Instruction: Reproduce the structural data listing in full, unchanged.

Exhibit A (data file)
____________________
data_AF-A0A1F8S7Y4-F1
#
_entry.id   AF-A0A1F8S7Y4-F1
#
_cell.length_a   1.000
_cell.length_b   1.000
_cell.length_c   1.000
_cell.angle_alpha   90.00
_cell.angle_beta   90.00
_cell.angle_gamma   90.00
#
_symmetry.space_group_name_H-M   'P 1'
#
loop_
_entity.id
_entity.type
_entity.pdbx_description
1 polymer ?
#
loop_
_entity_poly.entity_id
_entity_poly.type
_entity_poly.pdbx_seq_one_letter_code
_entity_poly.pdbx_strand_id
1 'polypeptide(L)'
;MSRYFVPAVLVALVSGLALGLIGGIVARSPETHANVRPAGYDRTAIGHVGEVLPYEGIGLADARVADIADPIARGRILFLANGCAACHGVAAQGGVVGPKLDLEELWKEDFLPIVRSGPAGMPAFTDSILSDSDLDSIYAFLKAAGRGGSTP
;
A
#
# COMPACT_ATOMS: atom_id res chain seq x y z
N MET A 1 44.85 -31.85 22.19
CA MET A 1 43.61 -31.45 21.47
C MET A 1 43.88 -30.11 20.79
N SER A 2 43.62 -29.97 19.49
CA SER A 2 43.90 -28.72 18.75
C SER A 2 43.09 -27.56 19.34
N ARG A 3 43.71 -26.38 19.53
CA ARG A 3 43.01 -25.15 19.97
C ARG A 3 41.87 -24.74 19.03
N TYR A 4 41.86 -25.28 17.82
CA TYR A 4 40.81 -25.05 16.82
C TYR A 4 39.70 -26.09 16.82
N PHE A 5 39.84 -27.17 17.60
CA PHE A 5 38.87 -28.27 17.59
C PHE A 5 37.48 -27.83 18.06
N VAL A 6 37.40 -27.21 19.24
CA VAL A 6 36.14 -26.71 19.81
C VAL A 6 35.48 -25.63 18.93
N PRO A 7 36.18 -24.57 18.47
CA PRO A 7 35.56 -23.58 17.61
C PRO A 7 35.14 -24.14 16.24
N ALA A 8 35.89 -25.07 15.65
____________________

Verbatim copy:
data_AF-A0A1F8S7Y4-F1
#
_entry.id   AF-A0A1F8S7Y4-F1
#
_cell.length_a   1.000
_cell.length_b   1.000
_cell.length_c   1.000
_cell.angle_alpha   90.00
_cell.angle_beta   90.00
_cell.angle_gamma   90.00
#
_symmetry.space_group_name_H-M   'P 1'
#
loop_
_entity.id
_entity.type
_entity.pdbx_description
1 polymer ?
#
loop_
_entity_poly.entity_id
_entity_poly.type
_entity_poly.pdbx_seq_one_letter_code
_entity_poly.pdbx_strand_id
1 'polypeptide(L)'
;MSRYFVPAVLVALVSGLALGLIGGIVARSPETHANVRPAGYDRTAIGHVGEVLPYEGIGLADARVADIADPIARGRILFLANGCAACHGVAAQGGVVGPKLDLEELWKEDFLPIVRSGPAGMPAFTDSILSDSDLDSIYAFLKAAGRGGSTP
;
A
#
# COMPACT_ATOMS: atom_id res chain seq x y z
N MET A 1 44.85 -31.85 22.19
CA MET A 1 43.61 -31.45 21.47
C MET A 1 43.88 -30.11 20.79
N SER A 2 43.62 -29.97 19.49
CA SER A 2 43.90 -28.72 18.75
C SER A 2 43.09 -27.56 19.34
N ARG A 3 43.71 -26.38 19.53
CA ARG A 3 43.01 -25.15 19.97
C ARG A 3 41.87 -24.74 19.03
N TYR A 4 41.86 -25.28 17.82
CA TYR A 4 40.81 -25.05 16.82
C TYR A 4 39.70 -26.09 16.82
N PHE A 5 39.84 -27.17 17.60
CA PHE A 5 38.87 -28.27 17.59
C PHE A 5 37.48 -27.83 18.06
N VAL A 6 37.40 -27.21 19.24
CA VAL A 6 36.14 -26.71 19.81
C VAL A 6 35.48 -25.63 18.93
N PRO A 7 36.18 -24.57 18.47
CA PRO A 7 35.56 -23.58 17.61
C PRO A 7 35.14 -24.14 16.24
N ALA A 8 35.89 -25.07 15.65